UK Prime Minister Rishi Sunak’s deal to solve the bitter dispute with the European Union (EU) over Northern Ireland’s trading arrangements has sparked hope in the City of London that the two sides could finally formalise a pledge to work together on setting rules for banks and financial markets.
The so-called memorandum of understanding (MOU) on financial rules may seem like a fairly low bar for such economically-tied neighbours. But in the recent history of post-Brexit relations, it would count for progress.
Delayed for two years as other battles rage, the agreement is expected to gather fresh momentum if the “Windsor Framework” gets passed by parliament. “We are ready to start work on the finalisation of the MOU on financial services regulatory cooperation,” said European Commission spokesman Daniel Ferrie. That could “open a new chapter in our partnership — a partnership based on a spirit of mutual trust and cooperation.”
For optimists, the agreement could lead to joint thinking between HM Treasury and the European Commission over issues including money laundering, green finance, and cryptocurrencies. It could even lay the groundwork for a tripartite partnership with the US, forging international co-operation and better outcomes for firms with fewer divergent rules.
“A political dialogue would be new, and would allow for upstream financial services regulatory issues to be discussed every six months, or more frequently if required,” said Andrew Pilgrim, EY’s UK Government and Financial Services team leader.
That could help heal wounds, uniting Europe including the UK, according to Adam Farkas, chief executive office of the Association for Financial Markets in Europe, an international trade body for banks. “If barriers are reduced, it could be a win, win, not an I win, you lose,” Farkas said.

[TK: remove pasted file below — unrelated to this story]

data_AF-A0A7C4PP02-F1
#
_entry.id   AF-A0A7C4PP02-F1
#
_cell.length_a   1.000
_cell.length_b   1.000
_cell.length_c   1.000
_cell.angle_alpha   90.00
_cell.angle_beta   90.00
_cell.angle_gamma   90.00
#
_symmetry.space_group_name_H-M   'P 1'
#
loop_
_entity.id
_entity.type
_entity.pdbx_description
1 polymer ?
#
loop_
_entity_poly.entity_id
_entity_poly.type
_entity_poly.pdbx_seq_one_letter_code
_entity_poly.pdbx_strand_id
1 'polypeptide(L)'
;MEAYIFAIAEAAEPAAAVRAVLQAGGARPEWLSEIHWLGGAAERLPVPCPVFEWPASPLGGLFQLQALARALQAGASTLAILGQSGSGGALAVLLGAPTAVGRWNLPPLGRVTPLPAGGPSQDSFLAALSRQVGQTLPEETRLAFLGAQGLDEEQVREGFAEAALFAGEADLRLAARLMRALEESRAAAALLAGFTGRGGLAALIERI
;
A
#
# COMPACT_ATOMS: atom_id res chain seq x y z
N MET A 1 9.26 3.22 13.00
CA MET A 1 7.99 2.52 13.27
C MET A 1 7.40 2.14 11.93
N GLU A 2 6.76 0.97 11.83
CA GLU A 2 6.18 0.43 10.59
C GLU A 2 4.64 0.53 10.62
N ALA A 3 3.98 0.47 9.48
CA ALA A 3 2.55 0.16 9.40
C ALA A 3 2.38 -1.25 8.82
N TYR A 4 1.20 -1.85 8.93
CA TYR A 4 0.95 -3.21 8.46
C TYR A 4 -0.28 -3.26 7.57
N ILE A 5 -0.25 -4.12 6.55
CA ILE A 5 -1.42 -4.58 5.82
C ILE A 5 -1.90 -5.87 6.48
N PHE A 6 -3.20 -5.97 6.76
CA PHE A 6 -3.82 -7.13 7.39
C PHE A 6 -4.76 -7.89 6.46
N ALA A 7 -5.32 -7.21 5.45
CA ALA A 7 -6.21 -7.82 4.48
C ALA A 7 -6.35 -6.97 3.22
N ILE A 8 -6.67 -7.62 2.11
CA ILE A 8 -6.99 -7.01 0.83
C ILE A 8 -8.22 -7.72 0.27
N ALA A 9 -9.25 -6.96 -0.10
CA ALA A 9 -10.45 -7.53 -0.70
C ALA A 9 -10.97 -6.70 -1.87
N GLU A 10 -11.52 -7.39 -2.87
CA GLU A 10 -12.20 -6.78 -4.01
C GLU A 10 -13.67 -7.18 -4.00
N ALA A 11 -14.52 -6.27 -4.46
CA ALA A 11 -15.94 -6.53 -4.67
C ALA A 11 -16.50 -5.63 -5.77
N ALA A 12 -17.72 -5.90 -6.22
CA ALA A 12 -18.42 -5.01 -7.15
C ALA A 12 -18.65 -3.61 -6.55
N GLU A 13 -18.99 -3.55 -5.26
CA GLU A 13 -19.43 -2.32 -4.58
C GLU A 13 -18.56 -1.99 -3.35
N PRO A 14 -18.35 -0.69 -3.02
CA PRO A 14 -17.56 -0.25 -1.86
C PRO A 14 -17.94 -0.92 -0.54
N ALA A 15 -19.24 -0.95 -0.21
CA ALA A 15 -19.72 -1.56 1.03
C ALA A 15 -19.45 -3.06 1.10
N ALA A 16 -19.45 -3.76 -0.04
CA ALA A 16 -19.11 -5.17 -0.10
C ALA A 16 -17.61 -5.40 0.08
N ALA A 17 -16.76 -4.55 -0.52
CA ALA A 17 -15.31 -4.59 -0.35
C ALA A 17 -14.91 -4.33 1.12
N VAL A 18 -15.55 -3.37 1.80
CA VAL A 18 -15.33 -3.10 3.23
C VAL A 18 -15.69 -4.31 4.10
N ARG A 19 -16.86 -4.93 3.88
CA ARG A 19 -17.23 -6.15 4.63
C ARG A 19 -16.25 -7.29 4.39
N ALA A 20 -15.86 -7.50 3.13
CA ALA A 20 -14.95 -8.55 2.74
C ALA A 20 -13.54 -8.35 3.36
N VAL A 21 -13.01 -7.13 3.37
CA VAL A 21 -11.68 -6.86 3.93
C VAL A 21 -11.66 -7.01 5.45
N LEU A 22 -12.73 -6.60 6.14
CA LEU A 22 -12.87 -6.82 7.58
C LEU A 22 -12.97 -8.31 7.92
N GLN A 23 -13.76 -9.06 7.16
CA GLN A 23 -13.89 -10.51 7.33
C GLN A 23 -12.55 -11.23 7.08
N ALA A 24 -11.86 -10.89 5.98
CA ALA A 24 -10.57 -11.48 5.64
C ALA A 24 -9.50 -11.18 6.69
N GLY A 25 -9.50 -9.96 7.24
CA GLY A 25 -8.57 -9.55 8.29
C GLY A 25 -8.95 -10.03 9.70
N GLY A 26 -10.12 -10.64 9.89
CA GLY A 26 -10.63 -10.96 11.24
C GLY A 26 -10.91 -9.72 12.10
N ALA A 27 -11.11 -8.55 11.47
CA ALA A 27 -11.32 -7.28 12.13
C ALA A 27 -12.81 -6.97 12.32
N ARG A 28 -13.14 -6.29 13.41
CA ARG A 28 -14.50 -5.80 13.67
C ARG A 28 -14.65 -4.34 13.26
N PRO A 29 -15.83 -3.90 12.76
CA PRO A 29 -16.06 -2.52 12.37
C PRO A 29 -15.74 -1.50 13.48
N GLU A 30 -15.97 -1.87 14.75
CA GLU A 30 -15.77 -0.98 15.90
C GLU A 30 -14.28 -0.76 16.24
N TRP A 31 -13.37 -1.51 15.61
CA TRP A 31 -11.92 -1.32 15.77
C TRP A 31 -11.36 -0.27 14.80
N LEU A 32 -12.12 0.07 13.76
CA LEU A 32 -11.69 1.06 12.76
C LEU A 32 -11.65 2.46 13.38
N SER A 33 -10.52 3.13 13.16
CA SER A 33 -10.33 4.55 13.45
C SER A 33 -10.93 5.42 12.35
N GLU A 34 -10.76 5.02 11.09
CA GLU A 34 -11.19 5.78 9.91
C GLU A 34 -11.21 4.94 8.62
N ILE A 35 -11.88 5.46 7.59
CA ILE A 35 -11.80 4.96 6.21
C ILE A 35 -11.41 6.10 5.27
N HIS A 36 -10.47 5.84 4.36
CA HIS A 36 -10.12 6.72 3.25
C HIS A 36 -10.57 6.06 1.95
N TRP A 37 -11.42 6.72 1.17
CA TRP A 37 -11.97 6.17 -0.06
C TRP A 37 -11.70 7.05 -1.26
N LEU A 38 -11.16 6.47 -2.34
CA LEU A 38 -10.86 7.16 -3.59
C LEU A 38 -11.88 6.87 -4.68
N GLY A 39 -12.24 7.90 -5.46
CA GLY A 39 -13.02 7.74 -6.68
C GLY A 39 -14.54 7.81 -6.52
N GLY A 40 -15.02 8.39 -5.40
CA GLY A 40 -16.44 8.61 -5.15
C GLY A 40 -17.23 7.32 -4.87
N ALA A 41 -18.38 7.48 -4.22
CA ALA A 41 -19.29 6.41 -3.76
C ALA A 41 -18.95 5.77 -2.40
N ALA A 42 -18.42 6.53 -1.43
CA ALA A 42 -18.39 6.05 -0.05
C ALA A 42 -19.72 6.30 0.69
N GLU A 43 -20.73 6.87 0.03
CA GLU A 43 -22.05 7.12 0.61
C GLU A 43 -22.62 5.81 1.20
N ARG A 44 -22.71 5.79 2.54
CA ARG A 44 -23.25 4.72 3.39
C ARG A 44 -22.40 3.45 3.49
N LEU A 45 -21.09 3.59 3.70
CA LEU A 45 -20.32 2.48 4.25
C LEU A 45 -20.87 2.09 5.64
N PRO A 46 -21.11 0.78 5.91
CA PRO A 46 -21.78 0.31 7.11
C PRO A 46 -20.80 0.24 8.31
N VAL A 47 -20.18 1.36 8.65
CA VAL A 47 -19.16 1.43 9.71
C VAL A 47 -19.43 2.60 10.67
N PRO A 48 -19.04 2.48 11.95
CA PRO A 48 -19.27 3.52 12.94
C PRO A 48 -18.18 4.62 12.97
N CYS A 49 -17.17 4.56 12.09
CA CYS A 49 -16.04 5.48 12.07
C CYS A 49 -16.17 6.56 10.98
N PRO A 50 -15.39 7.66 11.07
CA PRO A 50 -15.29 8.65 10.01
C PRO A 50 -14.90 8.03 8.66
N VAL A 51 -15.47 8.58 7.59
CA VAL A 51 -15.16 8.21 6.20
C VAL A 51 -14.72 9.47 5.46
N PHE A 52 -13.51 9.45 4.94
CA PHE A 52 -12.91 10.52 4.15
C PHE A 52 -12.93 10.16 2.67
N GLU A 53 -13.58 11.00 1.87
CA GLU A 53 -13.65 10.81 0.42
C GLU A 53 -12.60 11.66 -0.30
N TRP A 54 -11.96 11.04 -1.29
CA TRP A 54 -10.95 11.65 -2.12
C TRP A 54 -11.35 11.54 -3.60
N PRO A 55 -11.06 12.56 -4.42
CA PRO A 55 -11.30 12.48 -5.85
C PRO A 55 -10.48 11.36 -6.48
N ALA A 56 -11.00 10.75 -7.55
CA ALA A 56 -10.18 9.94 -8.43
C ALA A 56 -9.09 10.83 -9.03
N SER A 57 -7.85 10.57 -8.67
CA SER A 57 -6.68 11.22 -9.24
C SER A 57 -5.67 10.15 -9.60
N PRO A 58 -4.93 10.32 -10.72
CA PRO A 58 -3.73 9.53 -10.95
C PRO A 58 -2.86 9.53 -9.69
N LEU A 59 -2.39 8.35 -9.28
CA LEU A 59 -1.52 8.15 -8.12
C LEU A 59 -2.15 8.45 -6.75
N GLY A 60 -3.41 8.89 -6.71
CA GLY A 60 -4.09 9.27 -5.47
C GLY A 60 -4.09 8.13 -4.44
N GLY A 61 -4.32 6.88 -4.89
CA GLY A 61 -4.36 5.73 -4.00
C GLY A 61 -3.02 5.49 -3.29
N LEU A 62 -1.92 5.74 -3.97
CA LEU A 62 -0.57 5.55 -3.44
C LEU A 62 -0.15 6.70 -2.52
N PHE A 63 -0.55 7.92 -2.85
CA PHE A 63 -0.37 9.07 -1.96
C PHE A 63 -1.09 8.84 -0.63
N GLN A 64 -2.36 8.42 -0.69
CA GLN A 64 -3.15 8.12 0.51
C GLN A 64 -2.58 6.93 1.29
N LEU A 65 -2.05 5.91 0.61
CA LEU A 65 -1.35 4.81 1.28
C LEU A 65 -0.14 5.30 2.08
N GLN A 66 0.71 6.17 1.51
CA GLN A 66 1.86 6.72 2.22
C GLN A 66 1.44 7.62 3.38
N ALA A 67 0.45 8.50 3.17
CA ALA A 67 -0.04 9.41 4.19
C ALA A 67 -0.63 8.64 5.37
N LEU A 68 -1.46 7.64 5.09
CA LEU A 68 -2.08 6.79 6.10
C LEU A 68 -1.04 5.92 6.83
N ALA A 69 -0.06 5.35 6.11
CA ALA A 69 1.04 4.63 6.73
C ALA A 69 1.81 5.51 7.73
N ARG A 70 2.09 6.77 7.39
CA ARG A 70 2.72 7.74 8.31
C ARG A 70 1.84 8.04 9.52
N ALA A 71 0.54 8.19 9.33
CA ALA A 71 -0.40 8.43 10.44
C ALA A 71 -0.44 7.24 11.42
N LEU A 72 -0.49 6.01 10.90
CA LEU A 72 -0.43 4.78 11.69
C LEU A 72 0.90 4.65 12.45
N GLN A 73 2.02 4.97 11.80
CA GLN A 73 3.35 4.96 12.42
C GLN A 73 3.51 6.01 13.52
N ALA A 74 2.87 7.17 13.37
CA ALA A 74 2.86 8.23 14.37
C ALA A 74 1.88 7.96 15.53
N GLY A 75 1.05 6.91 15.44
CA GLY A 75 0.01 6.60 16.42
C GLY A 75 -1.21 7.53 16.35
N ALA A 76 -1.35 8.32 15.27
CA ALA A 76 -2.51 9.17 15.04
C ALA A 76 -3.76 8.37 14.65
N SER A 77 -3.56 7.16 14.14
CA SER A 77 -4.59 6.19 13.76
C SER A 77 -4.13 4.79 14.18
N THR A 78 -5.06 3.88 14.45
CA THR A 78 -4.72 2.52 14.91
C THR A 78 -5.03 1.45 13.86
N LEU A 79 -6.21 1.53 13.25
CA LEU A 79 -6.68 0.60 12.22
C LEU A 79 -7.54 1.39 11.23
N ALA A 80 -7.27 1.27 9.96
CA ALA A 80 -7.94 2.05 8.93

An agreement would be a rare fillip for the City of London, which last year lost the top spot among Europe’s stock markets and is currently grappling with a slate of companies ditching local listings in favor of the US. But plenty say it would be largely a symbolic one.
“I’m sure there are a few areas which will become unblocked,” NatWest Group Plc Chairman Howard Davies said in a Bloomberg Radio interview.
There is skepticism that friendlier relations and officials sharing views on policy will have much of an effect on the amount of jobs and revenues moving from London to inside the EU. That is down to equivalence, the EU’s test of whether countries have rules as strong as its own, which determines what access they get to its market.
The UK has got almost nowhere trying to win equivalence agreements from the EU since Brexit. For Jonathan Hill, a member of Britain’s House of Lords and the EU’s former Commissioner on Financial Services, that is not a surprise.
“An equivalence decision is a plum to give, and why would you give that before you know you want to give it and in exchange for something else?” Hill said in evidence to the House of Lords European Affairs Committee.
Brussels has granted equivalence to the UK in two areas since the Trade and Co-operation Agreement was signed in December 2020. One was over central securities depositories and ended June 30 2021. The other is for clearing, which has been extended to 2025 so that European banks and businesses can continue to clear euro-denominated derivatives trades in London’s liquid markets, rather than trying to force that business within the Eurozone, where there is not currently not enough capacity.
David Schwimmer, chief executive officer of the London Stock Exchange Group Plc, said there were encouraging signs that the clearing arrangement would continue, which would be positive for its London Clearing House division.
But many in the City still think more of that business will be forced inside the bloc as part of the EU’s long-held wish to boost local economies by creating a capital markets union across the member states, and to shore up the area’s financial stability.